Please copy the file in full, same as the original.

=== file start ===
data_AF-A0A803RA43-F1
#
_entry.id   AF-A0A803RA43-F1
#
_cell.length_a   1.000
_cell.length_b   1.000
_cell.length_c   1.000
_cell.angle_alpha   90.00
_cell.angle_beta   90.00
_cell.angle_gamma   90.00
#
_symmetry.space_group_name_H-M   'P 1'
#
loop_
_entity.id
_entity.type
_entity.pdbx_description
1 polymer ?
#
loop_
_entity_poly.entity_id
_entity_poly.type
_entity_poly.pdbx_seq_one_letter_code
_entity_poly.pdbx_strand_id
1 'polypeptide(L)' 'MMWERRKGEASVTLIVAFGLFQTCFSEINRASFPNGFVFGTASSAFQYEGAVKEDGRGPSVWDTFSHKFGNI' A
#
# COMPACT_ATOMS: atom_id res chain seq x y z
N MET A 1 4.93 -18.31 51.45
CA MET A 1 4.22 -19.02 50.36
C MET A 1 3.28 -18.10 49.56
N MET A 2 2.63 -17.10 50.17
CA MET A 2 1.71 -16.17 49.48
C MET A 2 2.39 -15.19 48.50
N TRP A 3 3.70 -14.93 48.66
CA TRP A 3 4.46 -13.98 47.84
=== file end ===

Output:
data_AF-A0A803RA43-F1
#
_entry.id   AF-A0A803RA43-F1
#
_cell.length_a   1.000
_cell.length_b   1.000
_cell.length_c   1.000
_cell.angle_alpha   90.00
_cell.angle_beta   90.00
_cell.angle_gamma   90.00
#
_symmetry.space_group_name_H-M   'P 1'
#
loop_
_entity.id
_entity.type
_entity.pdbx_description
1 polymer ?
#
loop_
_entity_poly.entity_id
_entity_poly.type
_entity_poly.pdbx_seq_one_letter_code
_entity_poly.pdbx_strand_id
1 'polypeptide(L)' 'MMWERRKGEASVTLIVAFGLFQTCFSEINRASFPNGFVFGTASSAFQYEGAVKEDGRGPSVWDTFSHKFGNI' A
#
# COMPACT_ATOMS: atom_id res chain seq x y z
N MET A 1 4.93 -18.31 51.45
CA MET A 1 4.22 -19.02 50.36
C MET A 1 3.28 -18.10 49.56
N MET A 2 2.63 -17.10 50.17
CA MET A 2 1.71 -16.17 49.48
C MET A 2 2.39 -15.19 48.50
N TRP A 3 3.70 -14.93 48.66
CA TRP A 3 4.46 -13.98 47.84